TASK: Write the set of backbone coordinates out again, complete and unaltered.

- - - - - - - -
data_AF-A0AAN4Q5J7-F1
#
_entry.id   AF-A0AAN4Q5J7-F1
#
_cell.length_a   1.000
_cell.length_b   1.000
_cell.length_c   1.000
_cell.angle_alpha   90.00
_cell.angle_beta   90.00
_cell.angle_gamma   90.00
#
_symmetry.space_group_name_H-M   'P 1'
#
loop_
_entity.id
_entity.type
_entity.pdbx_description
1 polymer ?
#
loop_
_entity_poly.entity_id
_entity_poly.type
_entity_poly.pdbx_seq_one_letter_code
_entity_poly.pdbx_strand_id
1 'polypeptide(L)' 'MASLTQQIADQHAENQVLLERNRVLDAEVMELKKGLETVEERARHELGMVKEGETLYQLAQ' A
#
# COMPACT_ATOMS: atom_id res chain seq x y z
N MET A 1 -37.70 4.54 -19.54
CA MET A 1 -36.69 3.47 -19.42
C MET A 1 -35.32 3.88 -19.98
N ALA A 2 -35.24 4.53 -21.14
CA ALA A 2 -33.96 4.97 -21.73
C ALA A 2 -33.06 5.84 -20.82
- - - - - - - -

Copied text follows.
data_AF-A0AAN4Q5J7-F1
#
_entry.id   AF-A0AAN4Q5J7-F1
#
_cell.length_a   1.000
_cell.length_b   1.000
_cell.length_c   1.000
_cell.angle_alpha   90.00
_cell.angle_beta   90.00
_cell.angle_gamma   90.00
#
_symmetry.space_group_name_H-M   'P 1'
#
loop_
_entity.id
_entity.type
_entity.pdbx_description
1 polymer ?
#
loop_
_entity_poly.entity_id
_entity_poly.type
_entity_poly.pdbx_seq_one_letter_code
_entity_poly.pdbx_strand_id
1 'polypeptide(L)' 'MASLTQQIADQHAENQVLLERNRVLDAEVMELKKGLETVEERARHELGMVKEGETLYQLAQ' A
#
# COMPACT_ATOMS: atom_id res chain seq x y z
N MET A 1 -37.70 4.54 -19.54
CA MET A 1 -36.69 3.47 -19.42
C MET A 1 -35.32 3.88 -19.98
N ALA A 2 -35.24 4.53 -21.14
CA ALA A 2 -33.96 4.97 -21.73
C ALA A 2 -33.06 5.84 -20.82